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Proposed 2020/21 budget focuses funding on climate change and vulnerable children


When it meets on 20 December, Gloucestershire County Council’s cabinet will consider a draft budget for 2020/21 totalling £468million, a net increase of £31million on 2019/20. An initial £1million Action Fund will be set up to help tackle climate change and an additional £12.9million will go towards protecting the county’s vulnerable children.


The budget also sets aside more than £73.6m of capital investment for schools and children and family services, bringing total expected capital investment to around £160m by 2023.

A further £49.8m has been allocated to deliver the third year of the council’s £150m Your Highways programme. The first of almost £1m investment into flood alleviation schemes will be spent next year, significantly reducing the risk to almost 300 homes once all schemes are completed in 2023. 

Despite the extra investment, Gloucestershire County Council still expects to have one of the ten lowest council tax levels of any county council, once the costs of delivering the Fire and Rescue are included.

The 2019 IMPOWER Index states that the county council continues to be one of the top 10 most productive councils in the country, and in the top three when it comes to productivity within adult services.

The council continues to challenge itself to work more efficiently and effectively and as a result has identified £9.58m savings for next year, helping to meet increased demand and costs.

The draft budget proposes to raise in the region of £6.3m to help fund services through a 1.99% increase in council tax. The council is also proposing to apply the national social care precept at 2% to raise an additional £6.3m to help manage the increase demand for adult care services. In total these changes result in an increase of under £1 per week for the average Band D taxpayer.

Cllr Mark Hawthorne, leader of the council said: “This budget sees significantly more money for the most vulnerable children and adults in Gloucestershire, whilst still charging one of the lowest council tax levels of any county.

“We are tackling the big issues facing us; fighting climate change, flood protection schemes, building new schools and improving the state of our roads. We’re not complacent – there is much still to do – but we are working hard, and working efficiently to deliver the priorities Gloucestershire people identified.”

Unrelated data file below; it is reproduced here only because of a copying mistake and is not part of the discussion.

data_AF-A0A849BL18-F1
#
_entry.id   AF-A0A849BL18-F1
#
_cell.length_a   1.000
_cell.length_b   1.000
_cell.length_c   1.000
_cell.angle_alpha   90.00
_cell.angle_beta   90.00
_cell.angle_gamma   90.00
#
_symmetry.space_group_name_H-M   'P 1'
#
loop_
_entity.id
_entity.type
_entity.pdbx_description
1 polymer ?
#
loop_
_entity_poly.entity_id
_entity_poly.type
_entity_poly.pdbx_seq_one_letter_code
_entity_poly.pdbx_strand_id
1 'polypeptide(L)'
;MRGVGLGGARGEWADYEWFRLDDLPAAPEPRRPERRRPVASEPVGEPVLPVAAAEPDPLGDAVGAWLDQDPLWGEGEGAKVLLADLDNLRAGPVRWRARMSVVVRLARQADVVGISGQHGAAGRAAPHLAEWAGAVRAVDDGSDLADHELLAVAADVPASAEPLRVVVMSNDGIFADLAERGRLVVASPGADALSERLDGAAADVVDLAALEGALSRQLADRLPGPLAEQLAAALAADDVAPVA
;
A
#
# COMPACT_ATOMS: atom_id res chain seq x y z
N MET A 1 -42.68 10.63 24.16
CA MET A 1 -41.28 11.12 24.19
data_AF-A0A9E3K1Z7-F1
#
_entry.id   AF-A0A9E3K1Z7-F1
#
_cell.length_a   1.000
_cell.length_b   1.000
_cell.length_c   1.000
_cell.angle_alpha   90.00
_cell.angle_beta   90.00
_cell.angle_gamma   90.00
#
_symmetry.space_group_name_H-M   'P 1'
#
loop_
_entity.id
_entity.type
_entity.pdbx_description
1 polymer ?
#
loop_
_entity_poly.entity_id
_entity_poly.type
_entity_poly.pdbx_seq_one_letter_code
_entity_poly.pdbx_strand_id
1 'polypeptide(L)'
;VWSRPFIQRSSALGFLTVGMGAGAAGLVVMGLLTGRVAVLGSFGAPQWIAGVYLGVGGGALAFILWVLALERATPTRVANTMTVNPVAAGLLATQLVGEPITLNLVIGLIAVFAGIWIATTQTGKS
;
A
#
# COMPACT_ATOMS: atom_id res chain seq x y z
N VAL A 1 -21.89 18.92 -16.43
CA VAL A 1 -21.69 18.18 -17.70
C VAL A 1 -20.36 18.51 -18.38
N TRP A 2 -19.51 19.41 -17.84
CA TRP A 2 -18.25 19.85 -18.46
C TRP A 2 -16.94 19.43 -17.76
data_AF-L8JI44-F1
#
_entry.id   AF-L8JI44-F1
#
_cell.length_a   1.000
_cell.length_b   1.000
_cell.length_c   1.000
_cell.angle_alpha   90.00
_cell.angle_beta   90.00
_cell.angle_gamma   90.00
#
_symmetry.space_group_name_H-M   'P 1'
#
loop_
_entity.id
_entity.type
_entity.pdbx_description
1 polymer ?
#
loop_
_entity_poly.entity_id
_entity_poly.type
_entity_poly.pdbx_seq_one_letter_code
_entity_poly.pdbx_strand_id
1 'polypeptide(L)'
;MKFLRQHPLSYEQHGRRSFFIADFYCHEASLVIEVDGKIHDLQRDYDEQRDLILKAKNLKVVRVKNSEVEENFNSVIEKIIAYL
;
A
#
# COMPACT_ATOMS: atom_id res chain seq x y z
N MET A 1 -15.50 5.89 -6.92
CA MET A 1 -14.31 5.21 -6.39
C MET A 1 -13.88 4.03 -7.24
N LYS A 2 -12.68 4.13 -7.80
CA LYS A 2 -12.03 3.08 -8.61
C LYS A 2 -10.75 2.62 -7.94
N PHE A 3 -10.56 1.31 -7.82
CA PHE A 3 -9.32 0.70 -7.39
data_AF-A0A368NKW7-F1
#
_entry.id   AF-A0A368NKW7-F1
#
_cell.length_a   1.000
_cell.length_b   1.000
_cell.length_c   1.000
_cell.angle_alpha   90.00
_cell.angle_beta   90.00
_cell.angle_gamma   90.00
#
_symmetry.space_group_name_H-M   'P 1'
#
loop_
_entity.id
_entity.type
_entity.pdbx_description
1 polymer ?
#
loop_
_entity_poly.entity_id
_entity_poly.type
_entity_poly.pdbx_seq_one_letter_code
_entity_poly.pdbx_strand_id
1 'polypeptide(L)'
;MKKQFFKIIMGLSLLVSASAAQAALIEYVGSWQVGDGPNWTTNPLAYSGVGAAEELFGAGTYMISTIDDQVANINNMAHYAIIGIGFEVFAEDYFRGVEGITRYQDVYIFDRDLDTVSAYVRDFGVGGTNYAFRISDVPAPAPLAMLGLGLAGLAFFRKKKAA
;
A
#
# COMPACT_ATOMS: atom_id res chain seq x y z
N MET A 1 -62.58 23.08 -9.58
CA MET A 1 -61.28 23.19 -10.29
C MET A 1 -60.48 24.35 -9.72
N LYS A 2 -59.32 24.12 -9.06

Key investments planned for next year include:

  • £73.6m for schools and children and family services, including £20m towards a £30m new secondary school in Cheltenham, £6.5m towards a new Special School , £3.2m towards the expansion of The Cotswold School, £6.2m towards increasing the number of primary school places in the Bishops Cleeve area and £2.5m towards the expansion of Leckhampton Primary School
  • An additional £12.9m into children’s services
  • In the region of £14.5m into Gloucester South West Bypass, Arle Court, Junction 11, Honeybourne cycle route extension, Gloucester to Quedgeley and Cheltenham to Bishop Cleeves cycle tracks.
  • £1.5m to ensure GFRS’ firefighters have new and improved life saving equipment and to increase the services’ prevention and protection work 
  • £700k towards flood alleviation work. This forms part of investment over the coming years of more than £5.3m, which will significantly reduce the risk of flooding to hundreds of homes in the county.
  • £3.1m to ensure delivering Broadband across the county
  • Almost £5.0m to upgrade street lights and traffic signals
  • In excess of £500k for councillors to invest in their local area

Subject to cabinet approval, a consultation on the budget will run from 20 December 2019 – 17 January 2020.

Further information can be found online here

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